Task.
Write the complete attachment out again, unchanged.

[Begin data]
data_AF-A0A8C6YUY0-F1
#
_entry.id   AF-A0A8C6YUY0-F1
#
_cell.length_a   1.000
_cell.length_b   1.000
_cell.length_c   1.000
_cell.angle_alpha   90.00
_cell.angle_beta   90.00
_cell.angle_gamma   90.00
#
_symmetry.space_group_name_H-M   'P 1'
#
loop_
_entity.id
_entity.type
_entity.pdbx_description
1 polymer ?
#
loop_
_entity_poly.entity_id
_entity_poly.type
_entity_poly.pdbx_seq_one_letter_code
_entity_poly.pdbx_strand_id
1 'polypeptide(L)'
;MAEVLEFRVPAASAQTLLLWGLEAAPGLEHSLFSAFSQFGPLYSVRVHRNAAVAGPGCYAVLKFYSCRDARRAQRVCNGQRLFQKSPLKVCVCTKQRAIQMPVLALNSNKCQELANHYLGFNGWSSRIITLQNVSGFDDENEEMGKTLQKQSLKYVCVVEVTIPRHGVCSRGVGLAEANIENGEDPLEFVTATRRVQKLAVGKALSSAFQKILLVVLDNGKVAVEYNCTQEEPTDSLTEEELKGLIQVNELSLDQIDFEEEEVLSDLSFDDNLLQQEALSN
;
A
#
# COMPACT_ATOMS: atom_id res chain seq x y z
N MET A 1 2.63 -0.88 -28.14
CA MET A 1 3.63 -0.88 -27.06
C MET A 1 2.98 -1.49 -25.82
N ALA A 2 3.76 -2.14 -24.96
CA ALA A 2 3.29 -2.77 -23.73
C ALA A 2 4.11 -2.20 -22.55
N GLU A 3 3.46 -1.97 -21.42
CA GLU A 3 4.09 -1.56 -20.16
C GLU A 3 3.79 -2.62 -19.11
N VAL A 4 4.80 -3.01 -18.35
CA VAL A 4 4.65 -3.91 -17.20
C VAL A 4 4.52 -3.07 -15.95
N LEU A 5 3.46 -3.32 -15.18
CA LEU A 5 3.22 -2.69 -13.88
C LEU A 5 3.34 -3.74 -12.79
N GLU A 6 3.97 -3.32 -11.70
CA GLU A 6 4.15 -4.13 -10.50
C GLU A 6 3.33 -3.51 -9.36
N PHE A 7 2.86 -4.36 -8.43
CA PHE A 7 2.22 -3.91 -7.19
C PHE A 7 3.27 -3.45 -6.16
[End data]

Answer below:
data_AF-A0A8C6YUY0-F1
#
_entry.id   AF-A0A8C6YUY0-F1
#
_cell.length_a   1.000
_cell.length_b   1.000
_cell.length_c   1.000
_cell.angle_alpha   90.00
_cell.angle_beta   90.00
_cell.angle_gamma   90.00
#
_symmetry.space_group_name_H-M   'P 1'
#
loop_
_entity.id
_entity.type
_entity.pdbx_description
1 polymer ?
#
loop_
_entity_poly.entity_id
_entity_poly.type
_entity_poly.pdbx_seq_one_letter_code
_entity_poly.pdbx_strand_id
1 'polypeptide(L)'
;MAEVLEFRVPAASAQTLLLWGLEAAPGLEHSLFSAFSQFGPLYSVRVHRNAAVAGPGCYAVLKFYSCRDARRAQRVCNGQRLFQKSPLKVCVCTKQRAIQMPVLALNSNKCQELANHYLGFNGWSSRIITLQNVSGFDDENEEMGKTLQKQSLKYVCVVEVTIPRHGVCSRGVGLAEANIENGEDPLEFVTATRRVQKLAVGKALSSAFQKILLVVLDNGKVAVEYNCTQEEPTDSLTEEELKGLIQVNELSLDQIDFEEEEVLSDLSFDDNLLQQEALSN
;
A
#
# COMPACT_ATOMS: atom_id res chain seq x y z
N MET A 1 2.63 -0.88 -28.14
CA MET A 1 3.63 -0.88 -27.06
C MET A 1 2.98 -1.49 -25.82
N ALA A 2 3.76 -2.14 -24.96
CA ALA A 2 3.29 -2.77 -23.73
C ALA A 2 4.11 -2.20 -22.55
N GLU A 3 3.46 -1.97 -21.42
CA GLU A 3 4.09 -1.56 -20.16
C GLU A 3 3.79 -2.62 -19.11
N VAL A 4 4.80 -3.01 -18.35
CA VAL A 4 4.65 -3.91 -17.20
C VAL A 4 4.52 -3.07 -15.95
N LEU A 5 3.46 -3.32 -15.18
CA LEU A 5 3.22 -2.69 -13.88
C LEU A 5 3.34 -3.74 -12.79
N GLU A 6 3.97 -3.32 -11.70
CA GLU A 6 4.15 -4.13 -10.50
C GLU A 6 3.33 -3.51 -9.36
N PHE A 7 2.86 -4.36 -8.43
CA PHE A 7 2.22 -3.91 -7.19
C PHE A 7 3.27 -3.45 -6.16